KPMG’s Microsoft Alliance lead discusses the new partnership with Channel Futures.

Jeffrey Schwartz

July 14, 2023

7 Slides

KPMG seeks to “reshape” the professional services it offers by committing $2 billion to Microsoft AI offerings. The expansion of the KPMG-Microsoft 13-year alliance, announced this week, calls for them to collaborate on delivering workforce modernization, secure development and responsible use of AI.

The companies are not committing exclusively to each other, but KPMG is making a substantial bet on Microsoft’s artificial intelligence capabilities. KPMG has 2,500 tax, audit, business and IT advisory clients and is among the earliest partners to participate in the Microsoft 365 Copilot and Azure OpenAI Service early access programs.

When Microsoft announced the release of Azure OpenAI Service in January, the company showcased KPMG’s use of the service to gather efficiencies in its Tax Environmental, Social and Governance (ESG) services by helping to reconcile data relationships and predict tax payments.

KPMG expects the Microsoft AI alliance will generate roughly $12 billion in revenue over the next several years through the delivery of cybersecurity services, cloud migration and workforce automation applications that use generative AI.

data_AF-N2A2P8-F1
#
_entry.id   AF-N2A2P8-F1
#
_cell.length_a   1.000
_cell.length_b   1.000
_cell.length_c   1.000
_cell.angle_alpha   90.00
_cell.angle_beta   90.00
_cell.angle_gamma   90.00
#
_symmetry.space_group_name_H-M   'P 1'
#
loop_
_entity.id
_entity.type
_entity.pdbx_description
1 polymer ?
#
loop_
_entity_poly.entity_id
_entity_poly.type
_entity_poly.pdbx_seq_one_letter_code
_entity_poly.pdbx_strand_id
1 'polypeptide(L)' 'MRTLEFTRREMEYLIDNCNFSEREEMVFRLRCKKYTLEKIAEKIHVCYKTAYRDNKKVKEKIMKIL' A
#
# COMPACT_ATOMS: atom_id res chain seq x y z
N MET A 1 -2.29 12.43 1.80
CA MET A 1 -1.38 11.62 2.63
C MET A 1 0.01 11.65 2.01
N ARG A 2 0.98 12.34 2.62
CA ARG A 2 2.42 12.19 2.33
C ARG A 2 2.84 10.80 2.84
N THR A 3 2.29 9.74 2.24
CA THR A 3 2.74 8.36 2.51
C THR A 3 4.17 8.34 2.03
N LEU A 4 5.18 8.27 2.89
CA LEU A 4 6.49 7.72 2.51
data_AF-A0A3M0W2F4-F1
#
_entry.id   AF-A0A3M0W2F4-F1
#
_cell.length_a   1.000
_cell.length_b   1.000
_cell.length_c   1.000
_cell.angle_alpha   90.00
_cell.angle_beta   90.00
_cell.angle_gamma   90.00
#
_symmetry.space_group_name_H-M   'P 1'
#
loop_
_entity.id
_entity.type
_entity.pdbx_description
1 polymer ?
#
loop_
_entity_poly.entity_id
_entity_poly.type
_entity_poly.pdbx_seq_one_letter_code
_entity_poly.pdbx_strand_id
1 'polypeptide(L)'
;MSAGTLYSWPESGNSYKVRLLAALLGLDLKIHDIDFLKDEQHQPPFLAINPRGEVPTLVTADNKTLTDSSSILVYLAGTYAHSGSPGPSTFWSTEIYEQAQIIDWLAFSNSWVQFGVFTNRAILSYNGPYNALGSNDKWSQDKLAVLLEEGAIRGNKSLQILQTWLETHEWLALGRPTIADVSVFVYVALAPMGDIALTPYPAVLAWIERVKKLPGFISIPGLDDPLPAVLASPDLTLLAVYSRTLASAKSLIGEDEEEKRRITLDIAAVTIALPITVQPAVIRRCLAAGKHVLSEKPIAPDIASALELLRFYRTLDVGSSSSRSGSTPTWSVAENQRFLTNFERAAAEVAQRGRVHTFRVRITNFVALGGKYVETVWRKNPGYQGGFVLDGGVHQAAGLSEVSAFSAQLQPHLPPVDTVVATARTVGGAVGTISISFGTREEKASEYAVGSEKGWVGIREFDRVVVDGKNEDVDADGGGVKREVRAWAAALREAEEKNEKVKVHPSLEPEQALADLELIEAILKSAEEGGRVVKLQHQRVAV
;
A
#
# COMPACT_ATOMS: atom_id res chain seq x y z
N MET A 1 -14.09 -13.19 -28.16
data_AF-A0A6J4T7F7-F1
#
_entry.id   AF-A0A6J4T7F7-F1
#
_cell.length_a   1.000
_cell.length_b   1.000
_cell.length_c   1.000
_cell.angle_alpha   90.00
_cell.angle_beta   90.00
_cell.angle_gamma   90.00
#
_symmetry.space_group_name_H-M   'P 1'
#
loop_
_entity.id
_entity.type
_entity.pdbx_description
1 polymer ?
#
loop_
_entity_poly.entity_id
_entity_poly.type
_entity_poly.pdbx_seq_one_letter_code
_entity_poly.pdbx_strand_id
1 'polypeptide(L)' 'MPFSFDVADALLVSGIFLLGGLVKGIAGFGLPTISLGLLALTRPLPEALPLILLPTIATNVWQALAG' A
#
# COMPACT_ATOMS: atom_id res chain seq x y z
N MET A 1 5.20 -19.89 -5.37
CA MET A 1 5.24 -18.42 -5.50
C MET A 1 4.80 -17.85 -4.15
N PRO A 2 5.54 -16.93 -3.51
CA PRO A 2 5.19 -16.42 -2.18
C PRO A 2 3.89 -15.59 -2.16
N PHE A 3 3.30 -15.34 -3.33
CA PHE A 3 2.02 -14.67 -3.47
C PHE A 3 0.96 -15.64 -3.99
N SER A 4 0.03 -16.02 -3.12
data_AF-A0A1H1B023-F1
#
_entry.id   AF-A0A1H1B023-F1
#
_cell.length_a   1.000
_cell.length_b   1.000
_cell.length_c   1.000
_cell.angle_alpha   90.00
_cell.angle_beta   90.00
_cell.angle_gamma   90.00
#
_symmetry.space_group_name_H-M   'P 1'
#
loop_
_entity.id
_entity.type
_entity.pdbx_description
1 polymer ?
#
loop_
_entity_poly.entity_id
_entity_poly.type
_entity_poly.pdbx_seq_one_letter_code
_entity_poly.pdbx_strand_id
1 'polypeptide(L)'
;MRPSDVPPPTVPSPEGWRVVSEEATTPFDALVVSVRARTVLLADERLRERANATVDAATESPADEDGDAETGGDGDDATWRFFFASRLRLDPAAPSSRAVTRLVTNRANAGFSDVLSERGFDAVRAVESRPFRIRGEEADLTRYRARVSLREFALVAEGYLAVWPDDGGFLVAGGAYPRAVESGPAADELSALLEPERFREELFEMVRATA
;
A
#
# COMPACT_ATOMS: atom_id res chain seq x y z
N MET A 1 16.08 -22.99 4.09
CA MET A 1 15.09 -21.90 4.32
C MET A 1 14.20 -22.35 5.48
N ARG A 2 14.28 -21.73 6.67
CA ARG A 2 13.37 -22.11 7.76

“Some of the solutions are already under development, and some are in nascent stages,” CEO Paul Knopp told Bloomberg. “But we’re really excited about the power of that partnership where we can bring to market in the future.”

KPMG-Microsoft AI Partnership

Cherie Gartner, who joined KPMG in September 2022 as its Microsoft global lead partner executive, told Channel Futures that everything came together quickly.

Channel Futures: What was the catalyst for this major investment?


KPMG’s Cherie Gartner

Cherie Gartner: I joined KPMG 10 months ago, and I have led ecosystems in the past with other organizations. One of the main reasons I joined KPMG was to take our relationship with Microsoft to the next level based on where technology and innovation is headed. It was a pivotal time because we at KPMG have been doing responsible AI for quite some time — for around 10 years. And we have the AI framework that we use every day.

But when Microsoft further enhanced its relationship with OpenAI with its $10 billion investment, it woke up the entire industry. Because when you look at the embedded nature of Microsoft technology and where that extends from the applications through what they’re driving forward with Copilot and other things, it’s just a monumental time for many industries to be able to leverage this technology.

Read the remainder of our Microsoft AI Q&A with Gartner in the slideshow above.

Want to contact the author directly about this story? Have ideas for a follow-up article? Email Jeffrey Schwartz or connect with him on LinkedIn.


About the Author(s)

Jeffrey Schwartz

Jeffrey Schwartz has covered the IT industry for nearly three decades, most recently as editor-in-chief of Redmond magazine and executive editor of Redmond Channel Partner. Prior to that, he held various editing and writing roles at CommunicationsWeek, InternetWeek and VARBusiness (now CRN) magazines, among other publications.

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